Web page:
OPEB Challenges: Learning from the U.S. Postal Service

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Estimates suggest the U.S. Postal Service would need to contribute as much as $3.7 billion annually until fiscal year (FY) 2021 to address its unfunded other post-employment benefits (OPEB).

Like most states and most of the federal government, the Postal Service traditionally funded OPEB on a pay-as-you-go basis, paying expenses in the year incurred. This changed in 2006 when Congress passed the Postal Accountability and Enhancement Act to prefund the Postal Service’s growing OPEB liabilities.

The Postal Service first supported the move, embarking on a 10-year prefunding strategy with annual contributions of $5.5 billion. Unfortunately, the Great Recession hit, and the Postal Service struggled to make OPEB payments while remaining solvent. Just four years after starting the new payment schedule, the Postal Service began defaulting on payments.

In a recent report from the Center for State and Local Finance, researcher Alex Hathaway discusses the Postal Service’s ongoing struggles to fund retiree benefits and offers lessons that states can learn, as they are battling many of the same OPEB challenges.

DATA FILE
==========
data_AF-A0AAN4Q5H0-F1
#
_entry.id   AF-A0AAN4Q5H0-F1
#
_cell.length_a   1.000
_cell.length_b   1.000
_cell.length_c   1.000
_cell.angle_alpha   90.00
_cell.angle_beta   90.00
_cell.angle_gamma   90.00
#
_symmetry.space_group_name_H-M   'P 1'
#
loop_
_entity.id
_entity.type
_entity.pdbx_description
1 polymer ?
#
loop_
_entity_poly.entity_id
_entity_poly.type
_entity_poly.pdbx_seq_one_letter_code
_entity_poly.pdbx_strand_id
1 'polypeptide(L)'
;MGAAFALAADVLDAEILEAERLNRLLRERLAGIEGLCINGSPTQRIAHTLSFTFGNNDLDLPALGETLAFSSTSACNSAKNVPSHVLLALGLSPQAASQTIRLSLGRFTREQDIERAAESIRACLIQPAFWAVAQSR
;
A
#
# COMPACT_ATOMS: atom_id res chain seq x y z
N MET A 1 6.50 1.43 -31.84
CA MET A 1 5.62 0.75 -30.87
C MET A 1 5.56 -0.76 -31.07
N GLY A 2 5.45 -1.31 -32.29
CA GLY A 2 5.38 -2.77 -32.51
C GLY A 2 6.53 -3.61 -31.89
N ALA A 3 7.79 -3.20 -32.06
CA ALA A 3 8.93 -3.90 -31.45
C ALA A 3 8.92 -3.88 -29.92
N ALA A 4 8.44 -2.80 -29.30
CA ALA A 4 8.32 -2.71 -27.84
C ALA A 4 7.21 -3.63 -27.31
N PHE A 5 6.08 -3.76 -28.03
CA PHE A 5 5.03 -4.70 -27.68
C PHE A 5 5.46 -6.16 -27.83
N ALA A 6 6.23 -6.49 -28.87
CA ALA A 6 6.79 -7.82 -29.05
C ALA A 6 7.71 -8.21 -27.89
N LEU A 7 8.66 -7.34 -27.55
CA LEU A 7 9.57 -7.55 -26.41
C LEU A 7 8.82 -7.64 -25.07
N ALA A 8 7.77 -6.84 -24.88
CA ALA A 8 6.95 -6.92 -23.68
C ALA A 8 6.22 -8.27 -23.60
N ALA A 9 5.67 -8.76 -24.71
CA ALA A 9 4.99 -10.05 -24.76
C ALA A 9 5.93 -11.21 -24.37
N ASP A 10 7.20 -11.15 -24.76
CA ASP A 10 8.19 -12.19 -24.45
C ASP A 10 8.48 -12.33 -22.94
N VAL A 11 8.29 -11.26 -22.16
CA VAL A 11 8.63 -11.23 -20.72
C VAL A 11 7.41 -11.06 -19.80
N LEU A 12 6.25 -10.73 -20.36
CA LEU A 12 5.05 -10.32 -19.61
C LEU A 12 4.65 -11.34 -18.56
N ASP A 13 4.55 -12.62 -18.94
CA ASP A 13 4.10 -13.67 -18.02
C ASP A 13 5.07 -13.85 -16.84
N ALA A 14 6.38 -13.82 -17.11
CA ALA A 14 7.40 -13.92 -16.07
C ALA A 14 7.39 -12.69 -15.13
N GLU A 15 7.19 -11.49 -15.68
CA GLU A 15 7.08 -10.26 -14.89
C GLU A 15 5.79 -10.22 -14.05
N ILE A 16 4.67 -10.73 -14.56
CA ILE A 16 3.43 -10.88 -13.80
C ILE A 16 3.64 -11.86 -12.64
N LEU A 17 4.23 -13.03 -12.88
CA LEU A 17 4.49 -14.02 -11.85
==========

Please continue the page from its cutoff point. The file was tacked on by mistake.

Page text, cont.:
For state governments, Hathaway’s OPEB research highlights that even the best-funded plans in the South hover around a 30 percent funding ratio. Ever-increasing costs are pushing some states to try reform efforts, such as limiting retiree health care benefits for new employees. Debate, however, has been contentious. Other states are moving toward pre-funding, which would reduce issues of intergenerational equity.

In addition to Hathaway’s work on OPEB, he also has authored additional reports on fiscal integrity and transparency in the southern states, including a specific report on best practices employed in Georgia.

“The state budget affects every citizen in some way, but understanding how states maintain a balanced budget can be a very complex task,” Hathaway said. “Our research offers a clearer picture of the fiscal practices in the South and around the nation.“We hope our research spurs state governments to improve transparency practices and leads to greater citizen trust and engagement.”

To learn more about CSLF’s fiscal transparency work, visit: https://cslf.gsu.edu/balancing-budget-cslf-volcker-alliance/.

This article was submitted by:
Joy L. Woodson

Assistant Director, Marketing and Communications

Center for State and Local Finance


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